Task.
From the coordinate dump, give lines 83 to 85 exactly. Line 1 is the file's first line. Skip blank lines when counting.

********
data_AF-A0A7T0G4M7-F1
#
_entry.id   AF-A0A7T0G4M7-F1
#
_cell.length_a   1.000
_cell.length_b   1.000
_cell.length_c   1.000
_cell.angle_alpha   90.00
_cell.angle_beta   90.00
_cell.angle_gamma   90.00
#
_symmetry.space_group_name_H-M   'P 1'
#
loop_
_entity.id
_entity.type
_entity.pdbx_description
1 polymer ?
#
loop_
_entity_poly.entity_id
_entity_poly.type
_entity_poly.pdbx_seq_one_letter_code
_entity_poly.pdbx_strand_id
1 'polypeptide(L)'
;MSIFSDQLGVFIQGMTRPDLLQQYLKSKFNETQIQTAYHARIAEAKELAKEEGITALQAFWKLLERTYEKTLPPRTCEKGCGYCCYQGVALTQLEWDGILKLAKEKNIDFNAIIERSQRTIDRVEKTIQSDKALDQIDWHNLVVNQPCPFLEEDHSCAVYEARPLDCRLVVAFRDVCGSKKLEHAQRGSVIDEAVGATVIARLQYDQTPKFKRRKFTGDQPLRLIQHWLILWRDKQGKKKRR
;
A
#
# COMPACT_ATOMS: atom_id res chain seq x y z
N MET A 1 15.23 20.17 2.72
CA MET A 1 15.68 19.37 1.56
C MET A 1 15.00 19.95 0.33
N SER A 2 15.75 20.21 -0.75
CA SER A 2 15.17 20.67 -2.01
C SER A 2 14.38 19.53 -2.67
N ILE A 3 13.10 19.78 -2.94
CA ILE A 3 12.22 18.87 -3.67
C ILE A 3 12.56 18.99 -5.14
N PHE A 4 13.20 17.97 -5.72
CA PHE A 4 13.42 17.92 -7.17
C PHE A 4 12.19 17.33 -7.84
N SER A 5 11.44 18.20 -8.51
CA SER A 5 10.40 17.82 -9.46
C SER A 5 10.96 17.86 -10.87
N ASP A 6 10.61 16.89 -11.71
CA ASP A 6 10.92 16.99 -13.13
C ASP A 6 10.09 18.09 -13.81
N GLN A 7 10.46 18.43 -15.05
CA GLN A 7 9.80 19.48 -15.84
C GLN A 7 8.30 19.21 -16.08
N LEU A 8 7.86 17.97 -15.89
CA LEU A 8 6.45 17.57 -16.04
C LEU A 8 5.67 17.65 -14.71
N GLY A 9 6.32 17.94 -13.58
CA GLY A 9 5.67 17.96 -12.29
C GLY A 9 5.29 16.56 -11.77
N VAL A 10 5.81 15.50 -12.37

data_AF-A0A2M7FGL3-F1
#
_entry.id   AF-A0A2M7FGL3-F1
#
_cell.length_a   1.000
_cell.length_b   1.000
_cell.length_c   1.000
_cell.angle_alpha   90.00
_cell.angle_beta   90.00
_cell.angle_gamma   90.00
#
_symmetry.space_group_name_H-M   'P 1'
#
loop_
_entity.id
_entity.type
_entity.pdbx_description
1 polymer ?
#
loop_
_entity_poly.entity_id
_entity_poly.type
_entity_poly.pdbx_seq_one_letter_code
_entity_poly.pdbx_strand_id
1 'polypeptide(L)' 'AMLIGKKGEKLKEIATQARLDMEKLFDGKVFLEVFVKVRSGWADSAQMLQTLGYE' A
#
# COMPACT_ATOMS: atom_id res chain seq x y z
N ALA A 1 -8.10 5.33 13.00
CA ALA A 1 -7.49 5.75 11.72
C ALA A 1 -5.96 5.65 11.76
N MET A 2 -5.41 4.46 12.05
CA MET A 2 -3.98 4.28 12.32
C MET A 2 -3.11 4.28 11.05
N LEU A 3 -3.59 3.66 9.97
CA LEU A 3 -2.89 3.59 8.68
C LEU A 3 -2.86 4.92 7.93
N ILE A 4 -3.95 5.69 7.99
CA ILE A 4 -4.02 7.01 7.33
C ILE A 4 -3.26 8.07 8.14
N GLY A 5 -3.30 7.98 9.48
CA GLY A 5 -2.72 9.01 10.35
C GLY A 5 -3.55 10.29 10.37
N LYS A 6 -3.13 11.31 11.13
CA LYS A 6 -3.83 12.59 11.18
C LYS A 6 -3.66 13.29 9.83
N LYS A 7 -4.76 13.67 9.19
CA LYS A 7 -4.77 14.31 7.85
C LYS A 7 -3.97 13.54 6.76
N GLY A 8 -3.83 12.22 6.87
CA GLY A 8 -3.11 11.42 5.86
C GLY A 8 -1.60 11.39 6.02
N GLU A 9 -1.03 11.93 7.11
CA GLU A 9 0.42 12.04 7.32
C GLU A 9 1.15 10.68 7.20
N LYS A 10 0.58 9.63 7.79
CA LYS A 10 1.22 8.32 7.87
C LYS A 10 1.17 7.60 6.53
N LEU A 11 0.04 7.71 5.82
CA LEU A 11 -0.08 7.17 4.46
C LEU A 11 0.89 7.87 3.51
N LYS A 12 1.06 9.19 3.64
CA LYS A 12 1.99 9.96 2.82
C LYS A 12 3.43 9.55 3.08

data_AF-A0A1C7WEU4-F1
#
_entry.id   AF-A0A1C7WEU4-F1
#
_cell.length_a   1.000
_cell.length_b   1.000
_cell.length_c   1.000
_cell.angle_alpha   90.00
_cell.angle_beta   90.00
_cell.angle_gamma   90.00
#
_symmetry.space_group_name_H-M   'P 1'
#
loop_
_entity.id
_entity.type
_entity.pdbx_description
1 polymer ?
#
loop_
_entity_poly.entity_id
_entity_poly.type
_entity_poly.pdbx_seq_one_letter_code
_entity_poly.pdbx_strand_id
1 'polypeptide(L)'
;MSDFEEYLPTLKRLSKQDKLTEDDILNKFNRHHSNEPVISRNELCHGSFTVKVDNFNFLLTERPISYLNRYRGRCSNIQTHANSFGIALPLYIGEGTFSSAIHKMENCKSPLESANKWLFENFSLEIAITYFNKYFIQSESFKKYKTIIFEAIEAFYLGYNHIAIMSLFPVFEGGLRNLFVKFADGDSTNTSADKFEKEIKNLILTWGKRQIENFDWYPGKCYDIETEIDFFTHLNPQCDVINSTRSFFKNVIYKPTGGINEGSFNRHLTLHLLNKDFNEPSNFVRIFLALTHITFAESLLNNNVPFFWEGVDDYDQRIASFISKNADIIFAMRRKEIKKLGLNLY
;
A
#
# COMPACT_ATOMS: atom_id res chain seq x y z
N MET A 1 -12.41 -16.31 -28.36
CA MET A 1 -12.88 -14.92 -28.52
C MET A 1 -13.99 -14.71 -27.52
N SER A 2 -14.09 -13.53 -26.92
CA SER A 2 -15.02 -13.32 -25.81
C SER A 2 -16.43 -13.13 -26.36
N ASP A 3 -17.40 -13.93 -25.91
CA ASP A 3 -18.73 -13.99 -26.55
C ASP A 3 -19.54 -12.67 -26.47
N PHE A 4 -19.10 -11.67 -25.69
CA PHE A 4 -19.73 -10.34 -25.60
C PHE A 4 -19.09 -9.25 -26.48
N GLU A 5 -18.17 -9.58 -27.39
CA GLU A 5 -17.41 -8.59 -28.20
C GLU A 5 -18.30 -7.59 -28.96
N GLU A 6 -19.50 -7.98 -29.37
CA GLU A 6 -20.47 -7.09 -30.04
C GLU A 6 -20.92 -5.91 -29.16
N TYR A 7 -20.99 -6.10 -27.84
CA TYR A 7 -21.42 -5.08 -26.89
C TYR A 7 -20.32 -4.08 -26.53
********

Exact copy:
1 'polypeptide(L)' 'AMLIGKKGEKLKEIATQARLDMEKLFDGKVFLEVFVKVRSGWADSAQMLQTLGYE' A
#
# COMPACT_ATOMS: atom_id res chain seq x y z